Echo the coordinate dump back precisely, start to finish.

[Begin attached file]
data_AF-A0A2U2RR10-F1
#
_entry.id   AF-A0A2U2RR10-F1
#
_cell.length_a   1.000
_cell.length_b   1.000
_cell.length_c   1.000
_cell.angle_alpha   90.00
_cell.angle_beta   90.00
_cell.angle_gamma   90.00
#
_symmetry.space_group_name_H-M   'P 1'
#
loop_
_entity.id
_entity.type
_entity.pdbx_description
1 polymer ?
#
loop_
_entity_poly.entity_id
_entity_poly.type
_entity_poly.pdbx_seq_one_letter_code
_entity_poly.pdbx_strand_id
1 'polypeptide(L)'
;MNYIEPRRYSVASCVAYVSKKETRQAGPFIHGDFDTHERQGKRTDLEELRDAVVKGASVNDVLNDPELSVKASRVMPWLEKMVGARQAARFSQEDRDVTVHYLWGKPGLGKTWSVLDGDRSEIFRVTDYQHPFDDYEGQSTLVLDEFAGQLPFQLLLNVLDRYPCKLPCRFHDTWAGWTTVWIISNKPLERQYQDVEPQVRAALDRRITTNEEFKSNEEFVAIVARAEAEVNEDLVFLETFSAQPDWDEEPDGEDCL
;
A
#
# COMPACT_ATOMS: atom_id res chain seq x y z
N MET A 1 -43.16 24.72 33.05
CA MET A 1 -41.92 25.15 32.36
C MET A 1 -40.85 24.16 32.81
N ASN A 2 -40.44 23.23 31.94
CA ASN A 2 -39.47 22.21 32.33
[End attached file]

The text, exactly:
data_AF-A0A2U2RR10-F1
#
_entry.id   AF-A0A2U2RR10-F1
#
_cell.length_a   1.000
_cell.length_b   1.000
_cell.length_c   1.000
_cell.angle_alpha   90.00
_cell.angle_beta   90.00
_cell.angle_gamma   90.00
#
_symmetry.space_group_name_H-M   'P 1'
#
loop_
_entity.id
_entity.type
_entity.pdbx_description
1 polymer ?
#
loop_
_entity_poly.entity_id
_entity_poly.type
_entity_poly.pdbx_seq_one_letter_code
_entity_poly.pdbx_strand_id
1 'polypeptide(L)'
;MNYIEPRRYSVASCVAYVSKKETRQAGPFIHGDFDTHERQGKRTDLEELRDAVVKGASVNDVLNDPELSVKASRVMPWLEKMVGARQAARFSQEDRDVTVHYLWGKPGLGKTWSVLDGDRSEIFRVTDYQHPFDDYEGQSTLVLDEFAGQLPFQLLLNVLDRYPCKLPCRFHDTWAGWTTVWIISNKPLERQYQDVEPQVRAALDRRITTNEEFKSNEEFVAIVARAEAEVNEDLVFLETFSAQPDWDEEPDGEDCL
;
A
#
# COMPACT_ATOMS: atom_id res chain seq x y z
N MET A 1 -43.16 24.72 33.05
CA MET A 1 -41.92 25.15 32.36
C MET A 1 -40.85 24.16 32.81
N ASN A 2 -40.44 23.23 31.94
CA ASN A 2 -39.47 22.21 32.33